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When Pain Surpasses Gain

How to avoid the wrath of rhabdo
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TWO WEEKS AGO three Oregon football players—offensive linemen Doug Brenner and Sam Poutasi and tight end Cam McCormick—were hospitalized after intense off-season workouts, and The Oregonian reported that at least one of them had rhabdomyolysis, a condition in which muscles break down rapidly and release the enzyme myoglobin (and creatine kinase) into the bloodstream. Rhabdo—as it's known—can cause severe muscle pain, swelling, discolored urine and kidney damage or even kidney failure.

The affected Duck isn't alone. In August, eight female volleyball players at Texas Woman's University were treated for the condition, and in 2011, 13 Iowa football players were hospitalized after an intense workout. "When you work out you do small amounts of muscle damage and that's fine, that's what makes you stronger. Your body repairs it and that's when hypertrophy occurs," says Michael J. Joyner, an expert in human performance at the Mayo Clinic. "But if you do too much and really break the muscle down, that's where the myoglobin gets in your system."

If it happens to college athletes working with professional trainers, how can regular gym-goers know how hard to push without putting themselves in danger? Some evidence shows that people with certain neuromuscular diseases or the sickle cell trait can be more susceptible. But Dr. Joyner says that for most people paying attention to four key factors can limit the risk of developing rhabdomyolysis.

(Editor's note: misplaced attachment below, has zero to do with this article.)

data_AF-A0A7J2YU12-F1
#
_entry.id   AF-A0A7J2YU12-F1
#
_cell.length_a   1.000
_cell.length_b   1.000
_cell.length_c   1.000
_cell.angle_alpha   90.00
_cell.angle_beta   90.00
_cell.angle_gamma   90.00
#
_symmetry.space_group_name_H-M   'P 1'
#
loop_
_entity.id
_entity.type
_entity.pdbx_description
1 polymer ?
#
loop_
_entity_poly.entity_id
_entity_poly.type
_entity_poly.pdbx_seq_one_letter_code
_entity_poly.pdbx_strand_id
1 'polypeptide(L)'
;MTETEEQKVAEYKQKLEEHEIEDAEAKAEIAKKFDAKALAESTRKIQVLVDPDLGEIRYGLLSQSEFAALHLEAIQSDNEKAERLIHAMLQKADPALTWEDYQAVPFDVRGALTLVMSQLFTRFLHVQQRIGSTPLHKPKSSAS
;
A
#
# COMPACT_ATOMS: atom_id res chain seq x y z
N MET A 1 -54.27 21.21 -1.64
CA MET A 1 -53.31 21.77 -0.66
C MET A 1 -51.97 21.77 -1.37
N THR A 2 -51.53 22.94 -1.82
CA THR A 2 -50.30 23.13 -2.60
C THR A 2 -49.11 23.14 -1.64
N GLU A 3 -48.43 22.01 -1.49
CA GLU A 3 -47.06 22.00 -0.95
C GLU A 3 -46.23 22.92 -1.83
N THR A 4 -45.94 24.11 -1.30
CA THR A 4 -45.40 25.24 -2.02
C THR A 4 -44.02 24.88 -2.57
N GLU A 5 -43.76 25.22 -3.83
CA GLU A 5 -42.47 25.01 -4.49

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Jumping on Detrain

Often rhabdomyolysis occurs when people have taken time off then jump back in, Joyner says. Novice exercisers need to use caution, but even elite athletes who are coming off an extended break—known as detrained athletes—are at risk if workouts aren't adjusted. "Instead of doing 10 minutes of X on day one and 20 on day two and so on, they will go right back into 60 minutes of intense work," he says. "The key is to start slow and build into things."

Don't Be Eccentric

Also known as negative training, eccentric exercises are slow, downward movements that lengthen the muscle rather than contract it. (During a dumbbell curl, the eccentric movement is the lowering of the weight.) This technique allows athletes to train until failure, but Joyner warns that these movements can be particularly taxing, especially when done at high intensity and volume or after a break from working out.

Square Route

Trainers call a sudden and dramatic change in the style and/or intensity of workouts a square wave approach—referring to how such a routine would be charted. An athlete might suddenly dive into a Navy SEAL routine or maxed-out weight work. That change can cause problems. Joyner says that such situations often arise when competition is introduced to a fitness routine, either against another person or in a quest to set a personal record.

Drink to Your Health

Fitness experts often point to the importance of hydration even on off days, so it's little surprise that insufficient fluids during a particularly intense session can cause distress and contribute to the onset of rhabdo. "Adding concurrent heat stress or dehydration to [the aforementioned factors] can make matters worse," Joyner says. "And because dehydration reduces blood flow to your kidneys, it makes it harder for your kidneys to flush out the myoglobin."